As Somalia faces its second major drought this decade, the government has issued an urgent appeal for large-scale, life-saving aid.
Holding a joint press conference with the country's National Drought Task force on Thursday, President Hassan Sheikh Mohamud said millions of his people are at risk of starvation if action is not taken soon.
"The devastating drought ravaging many parts of the country continues to take a terrible toll on animals. Many children and aged have lost their lives and now those who were strong enough to endure have started to fall," Mohamud said.
On Tuesday, the U.N. humanitarian coordinator for Somalia warned that five million Somalis, nearly half the population, do not have enough to eat because of poor rains and continued fighting between the African Union-backed government and the Islamist militant group al-Shabab.
Yahye Ali Ibrahim, Somalia's director general of interior ministry, said Thursday that some 2.7 million Somalis are on the verge of starving to death.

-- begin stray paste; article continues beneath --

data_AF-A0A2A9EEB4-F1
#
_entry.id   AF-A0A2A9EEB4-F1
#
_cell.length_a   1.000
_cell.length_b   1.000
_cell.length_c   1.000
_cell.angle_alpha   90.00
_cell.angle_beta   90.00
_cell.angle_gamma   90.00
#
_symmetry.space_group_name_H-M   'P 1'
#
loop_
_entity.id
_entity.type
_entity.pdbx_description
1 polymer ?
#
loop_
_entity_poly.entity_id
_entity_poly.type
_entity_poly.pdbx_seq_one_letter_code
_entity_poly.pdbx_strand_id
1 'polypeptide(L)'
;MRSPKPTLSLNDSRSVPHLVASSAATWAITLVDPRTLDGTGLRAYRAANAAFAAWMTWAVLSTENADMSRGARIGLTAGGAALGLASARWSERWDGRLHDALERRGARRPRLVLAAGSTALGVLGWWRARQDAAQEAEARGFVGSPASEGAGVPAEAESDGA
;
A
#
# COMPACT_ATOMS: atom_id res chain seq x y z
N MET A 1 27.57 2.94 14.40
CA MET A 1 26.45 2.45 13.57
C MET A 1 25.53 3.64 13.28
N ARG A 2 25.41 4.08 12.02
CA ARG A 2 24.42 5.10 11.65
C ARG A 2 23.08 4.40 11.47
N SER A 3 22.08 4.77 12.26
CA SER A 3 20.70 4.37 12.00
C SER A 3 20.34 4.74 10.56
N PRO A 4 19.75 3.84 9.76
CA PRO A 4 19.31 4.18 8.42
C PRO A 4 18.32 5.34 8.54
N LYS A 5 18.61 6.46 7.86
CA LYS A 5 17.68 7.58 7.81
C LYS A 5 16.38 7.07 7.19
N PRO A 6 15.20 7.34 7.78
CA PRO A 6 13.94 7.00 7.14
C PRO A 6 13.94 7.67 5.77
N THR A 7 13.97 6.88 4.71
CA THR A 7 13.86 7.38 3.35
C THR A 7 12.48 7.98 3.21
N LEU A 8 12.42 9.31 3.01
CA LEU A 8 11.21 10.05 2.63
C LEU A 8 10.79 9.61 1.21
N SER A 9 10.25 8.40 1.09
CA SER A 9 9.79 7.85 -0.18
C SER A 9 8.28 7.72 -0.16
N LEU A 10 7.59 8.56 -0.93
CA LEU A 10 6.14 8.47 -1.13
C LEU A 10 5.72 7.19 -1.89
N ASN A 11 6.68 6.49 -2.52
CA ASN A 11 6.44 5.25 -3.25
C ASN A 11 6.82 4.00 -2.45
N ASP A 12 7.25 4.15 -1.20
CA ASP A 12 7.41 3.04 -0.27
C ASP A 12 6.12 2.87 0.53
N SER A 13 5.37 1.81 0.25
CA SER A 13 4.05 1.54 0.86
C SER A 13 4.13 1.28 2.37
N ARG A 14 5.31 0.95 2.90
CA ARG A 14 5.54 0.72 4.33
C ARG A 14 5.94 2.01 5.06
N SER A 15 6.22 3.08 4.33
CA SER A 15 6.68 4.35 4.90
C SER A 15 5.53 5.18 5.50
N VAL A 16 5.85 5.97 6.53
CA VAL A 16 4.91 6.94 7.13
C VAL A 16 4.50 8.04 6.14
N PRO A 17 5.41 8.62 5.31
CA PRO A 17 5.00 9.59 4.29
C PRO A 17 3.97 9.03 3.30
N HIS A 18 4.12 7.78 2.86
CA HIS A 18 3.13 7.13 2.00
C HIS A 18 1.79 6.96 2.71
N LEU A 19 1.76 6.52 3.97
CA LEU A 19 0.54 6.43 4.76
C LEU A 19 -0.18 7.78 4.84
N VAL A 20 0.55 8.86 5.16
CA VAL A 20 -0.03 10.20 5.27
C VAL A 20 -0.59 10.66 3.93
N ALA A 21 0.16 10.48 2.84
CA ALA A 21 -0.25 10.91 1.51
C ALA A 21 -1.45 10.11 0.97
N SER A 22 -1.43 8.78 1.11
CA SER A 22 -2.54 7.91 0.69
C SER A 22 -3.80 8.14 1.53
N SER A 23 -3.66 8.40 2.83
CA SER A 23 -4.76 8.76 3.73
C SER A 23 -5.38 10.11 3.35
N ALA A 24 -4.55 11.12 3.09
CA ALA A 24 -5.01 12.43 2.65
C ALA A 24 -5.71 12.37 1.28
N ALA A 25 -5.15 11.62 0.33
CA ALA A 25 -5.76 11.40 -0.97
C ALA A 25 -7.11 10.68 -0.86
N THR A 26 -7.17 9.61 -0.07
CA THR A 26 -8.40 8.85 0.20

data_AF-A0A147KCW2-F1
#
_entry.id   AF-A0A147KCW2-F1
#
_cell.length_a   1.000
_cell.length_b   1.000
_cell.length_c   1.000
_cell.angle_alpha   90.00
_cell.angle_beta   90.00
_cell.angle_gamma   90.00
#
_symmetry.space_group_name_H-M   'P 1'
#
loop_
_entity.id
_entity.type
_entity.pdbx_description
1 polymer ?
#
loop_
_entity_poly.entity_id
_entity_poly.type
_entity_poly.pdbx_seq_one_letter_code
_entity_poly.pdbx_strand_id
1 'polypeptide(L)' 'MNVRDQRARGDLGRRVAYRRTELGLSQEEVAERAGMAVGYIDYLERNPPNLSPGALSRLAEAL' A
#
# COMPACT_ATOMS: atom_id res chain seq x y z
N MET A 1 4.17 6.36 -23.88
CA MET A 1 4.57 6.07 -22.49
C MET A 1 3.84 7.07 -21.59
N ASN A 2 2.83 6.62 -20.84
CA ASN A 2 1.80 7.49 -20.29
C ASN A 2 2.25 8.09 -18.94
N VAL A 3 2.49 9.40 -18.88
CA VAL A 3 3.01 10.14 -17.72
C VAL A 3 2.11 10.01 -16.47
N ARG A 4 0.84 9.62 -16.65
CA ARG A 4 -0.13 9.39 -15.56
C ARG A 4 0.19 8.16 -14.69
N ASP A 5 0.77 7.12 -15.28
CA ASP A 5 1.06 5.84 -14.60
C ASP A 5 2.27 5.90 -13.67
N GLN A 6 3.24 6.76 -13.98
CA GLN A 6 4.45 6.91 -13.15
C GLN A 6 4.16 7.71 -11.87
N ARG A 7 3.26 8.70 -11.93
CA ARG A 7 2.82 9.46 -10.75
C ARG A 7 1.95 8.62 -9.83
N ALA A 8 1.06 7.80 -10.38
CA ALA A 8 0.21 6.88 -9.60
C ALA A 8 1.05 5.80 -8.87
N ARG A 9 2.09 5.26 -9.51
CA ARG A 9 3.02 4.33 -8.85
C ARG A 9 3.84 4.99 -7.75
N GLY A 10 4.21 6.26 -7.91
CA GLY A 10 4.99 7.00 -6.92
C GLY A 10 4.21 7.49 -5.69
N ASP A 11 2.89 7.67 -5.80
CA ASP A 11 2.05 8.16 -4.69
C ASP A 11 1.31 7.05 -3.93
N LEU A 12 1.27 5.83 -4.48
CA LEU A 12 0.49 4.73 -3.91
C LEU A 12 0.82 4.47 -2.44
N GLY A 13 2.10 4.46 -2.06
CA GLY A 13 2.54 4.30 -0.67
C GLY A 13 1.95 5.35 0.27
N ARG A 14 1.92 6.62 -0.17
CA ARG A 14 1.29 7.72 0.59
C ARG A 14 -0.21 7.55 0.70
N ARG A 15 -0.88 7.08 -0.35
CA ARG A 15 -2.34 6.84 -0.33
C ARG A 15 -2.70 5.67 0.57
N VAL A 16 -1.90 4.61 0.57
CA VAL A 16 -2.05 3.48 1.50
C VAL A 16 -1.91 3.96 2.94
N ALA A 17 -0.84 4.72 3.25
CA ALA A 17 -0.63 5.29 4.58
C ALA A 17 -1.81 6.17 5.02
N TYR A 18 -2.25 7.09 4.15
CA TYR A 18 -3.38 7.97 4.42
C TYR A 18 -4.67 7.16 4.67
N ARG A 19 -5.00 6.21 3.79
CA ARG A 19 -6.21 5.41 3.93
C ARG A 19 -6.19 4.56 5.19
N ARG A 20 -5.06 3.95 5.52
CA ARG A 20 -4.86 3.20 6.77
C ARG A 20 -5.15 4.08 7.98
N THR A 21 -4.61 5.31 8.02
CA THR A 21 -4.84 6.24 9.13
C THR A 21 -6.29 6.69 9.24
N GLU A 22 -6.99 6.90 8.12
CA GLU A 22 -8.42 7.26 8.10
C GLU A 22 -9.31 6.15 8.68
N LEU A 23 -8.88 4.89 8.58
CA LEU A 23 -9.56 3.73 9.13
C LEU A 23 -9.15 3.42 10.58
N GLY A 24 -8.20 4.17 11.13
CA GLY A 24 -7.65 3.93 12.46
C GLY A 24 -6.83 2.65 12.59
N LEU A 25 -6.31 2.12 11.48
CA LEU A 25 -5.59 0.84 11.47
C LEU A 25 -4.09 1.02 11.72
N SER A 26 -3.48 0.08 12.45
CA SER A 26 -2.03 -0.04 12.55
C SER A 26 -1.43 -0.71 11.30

"I want to remind the Somalis and the world community that the life of a single person should not die for a glass of water they can provide today," Mohamud said. "A person dying today cannot wait [for] your tomorrow aid."
Famine last struck areas in South and Central Somalia in 2011, killing an estimated 260,000 people.
Despite the dire conditions, neither Somalia nor the U.N. has officially declared the situation a famine.
Under U.N. standards, a famine is declared when at least 20 percent of households in an area face extreme food shortages with a limited ability to cope; acute malnutrition rates exceed 30 percent; and the death rate exceeds two persons per day per 10,000 persons.
The last famine in Somalia is believed to have been caused by failed rainy seasons and a ban on food aid in territory held by al-Shabab.